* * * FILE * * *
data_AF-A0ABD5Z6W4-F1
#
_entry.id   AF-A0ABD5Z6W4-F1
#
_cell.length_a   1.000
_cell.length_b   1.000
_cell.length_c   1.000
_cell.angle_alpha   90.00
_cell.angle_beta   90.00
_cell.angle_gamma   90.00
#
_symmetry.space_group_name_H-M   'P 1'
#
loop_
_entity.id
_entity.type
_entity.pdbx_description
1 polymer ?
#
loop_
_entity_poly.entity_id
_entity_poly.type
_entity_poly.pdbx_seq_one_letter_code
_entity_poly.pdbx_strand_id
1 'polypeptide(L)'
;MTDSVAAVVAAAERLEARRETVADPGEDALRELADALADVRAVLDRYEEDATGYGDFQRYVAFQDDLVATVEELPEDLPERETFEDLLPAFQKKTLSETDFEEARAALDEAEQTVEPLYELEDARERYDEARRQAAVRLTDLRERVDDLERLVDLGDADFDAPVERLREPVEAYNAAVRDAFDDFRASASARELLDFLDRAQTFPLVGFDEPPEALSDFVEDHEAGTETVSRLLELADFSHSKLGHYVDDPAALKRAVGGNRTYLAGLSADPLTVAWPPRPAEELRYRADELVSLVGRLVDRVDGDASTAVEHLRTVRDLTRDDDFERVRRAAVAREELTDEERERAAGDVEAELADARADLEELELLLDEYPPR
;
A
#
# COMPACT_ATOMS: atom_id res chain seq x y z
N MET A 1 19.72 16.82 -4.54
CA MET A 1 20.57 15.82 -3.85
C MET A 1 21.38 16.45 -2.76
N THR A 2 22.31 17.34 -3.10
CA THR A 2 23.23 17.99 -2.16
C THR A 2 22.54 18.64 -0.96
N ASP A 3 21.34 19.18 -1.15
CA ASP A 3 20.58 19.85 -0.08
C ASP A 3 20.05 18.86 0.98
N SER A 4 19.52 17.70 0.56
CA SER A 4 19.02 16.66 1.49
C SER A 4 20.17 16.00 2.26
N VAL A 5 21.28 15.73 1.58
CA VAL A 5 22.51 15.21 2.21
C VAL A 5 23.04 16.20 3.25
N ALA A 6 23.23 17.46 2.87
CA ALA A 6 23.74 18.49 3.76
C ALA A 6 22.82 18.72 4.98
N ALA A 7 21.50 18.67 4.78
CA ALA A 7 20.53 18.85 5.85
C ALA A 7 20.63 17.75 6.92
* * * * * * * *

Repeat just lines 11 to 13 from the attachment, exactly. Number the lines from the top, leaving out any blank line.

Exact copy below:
#
_symmetry.space_group_name_H-M   'P 1'
#